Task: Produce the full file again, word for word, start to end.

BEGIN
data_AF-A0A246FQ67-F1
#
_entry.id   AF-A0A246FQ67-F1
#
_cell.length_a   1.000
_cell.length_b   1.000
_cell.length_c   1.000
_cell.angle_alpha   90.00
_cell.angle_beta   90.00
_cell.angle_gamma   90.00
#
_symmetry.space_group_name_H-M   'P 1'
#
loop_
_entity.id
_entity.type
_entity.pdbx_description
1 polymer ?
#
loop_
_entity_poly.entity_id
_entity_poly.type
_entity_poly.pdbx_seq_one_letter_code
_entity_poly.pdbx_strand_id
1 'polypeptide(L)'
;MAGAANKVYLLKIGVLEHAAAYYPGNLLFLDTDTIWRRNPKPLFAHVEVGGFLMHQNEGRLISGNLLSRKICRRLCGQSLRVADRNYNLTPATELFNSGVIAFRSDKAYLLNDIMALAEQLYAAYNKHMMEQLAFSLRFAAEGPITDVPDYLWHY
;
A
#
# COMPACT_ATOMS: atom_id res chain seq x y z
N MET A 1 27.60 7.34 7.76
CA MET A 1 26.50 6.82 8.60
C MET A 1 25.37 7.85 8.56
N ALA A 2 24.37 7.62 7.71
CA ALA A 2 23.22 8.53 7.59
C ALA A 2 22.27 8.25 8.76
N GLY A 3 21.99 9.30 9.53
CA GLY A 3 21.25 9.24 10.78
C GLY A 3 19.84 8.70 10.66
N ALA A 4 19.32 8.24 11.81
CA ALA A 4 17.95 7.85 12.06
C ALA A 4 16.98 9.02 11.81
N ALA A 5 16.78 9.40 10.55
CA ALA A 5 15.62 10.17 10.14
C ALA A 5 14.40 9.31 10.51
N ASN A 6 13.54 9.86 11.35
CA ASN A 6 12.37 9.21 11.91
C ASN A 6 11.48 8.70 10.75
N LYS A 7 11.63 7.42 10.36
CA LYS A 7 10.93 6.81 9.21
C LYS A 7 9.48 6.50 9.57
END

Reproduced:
data_AF-A0A246FQ67-F1
#
_entry.id   AF-A0A246FQ67-F1
#
_cell.length_a   1.000
_cell.length_b   1.000
_cell.length_c   1.000
_cell.angle_alpha   90.00
_cell.angle_beta   90.00
_cell.angle_gamma   90.00
#
_symmetry.space_group_name_H-M   'P 1'
#
loop_
_entity.id
_entity.type
_entity.pdbx_description
1 polymer ?
#
loop_
_entity_poly.entity_id
_entity_poly.type
_entity_poly.pdbx_seq_one_letter_code
_entity_poly.pdbx_strand_id
1 'polypeptide(L)'
;MAGAANKVYLLKIGVLEHAAAYYPGNLLFLDTDTIWRRNPKPLFAHVEVGGFLMHQNEGRLISGNLLSRKICRRLCGQSLRVADRNYNLTPATELFNSGVIAFRSDKAYLLNDIMALAEQLYAAYNKHMMEQLAFSLRFAAEGPITDVPDYLWHY
;
A
#
# COMPACT_ATOMS: atom_id res chain seq x y z
N MET A 1 27.60 7.34 7.76
CA MET A 1 26.50 6.82 8.60
C MET A 1 25.37 7.85 8.56
N ALA A 2 24.37 7.62 7.71
CA ALA A 2 23.22 8.53 7.59
C ALA A 2 22.27 8.25 8.76
N GLY A 3 21.99 9.30 9.53
CA GLY A 3 21.25 9.24 10.78
C GLY A 3 19.84 8.70 10.66
N ALA A 4 19.32 8.24 11.81
CA ALA A 4 17.95 7.85 12.06
C ALA A 4 16.98 9.02 11.81
N ALA A 5 16.78 9.40 10.55
CA ALA A 5 15.62 10.17 10.14
C ALA A 5 14.40 9.31 10.51
N ASN A 6 13.54 9.86 11.35
CA ASN A 6 12.37 9.21 11.91
C ASN A 6 11.48 8.70 10.75
N LYS A 7 11.63 7.42 10.36
CA LYS A 7 10.93 6.81 9.21
C LYS A 7 9.48 6.50 9.57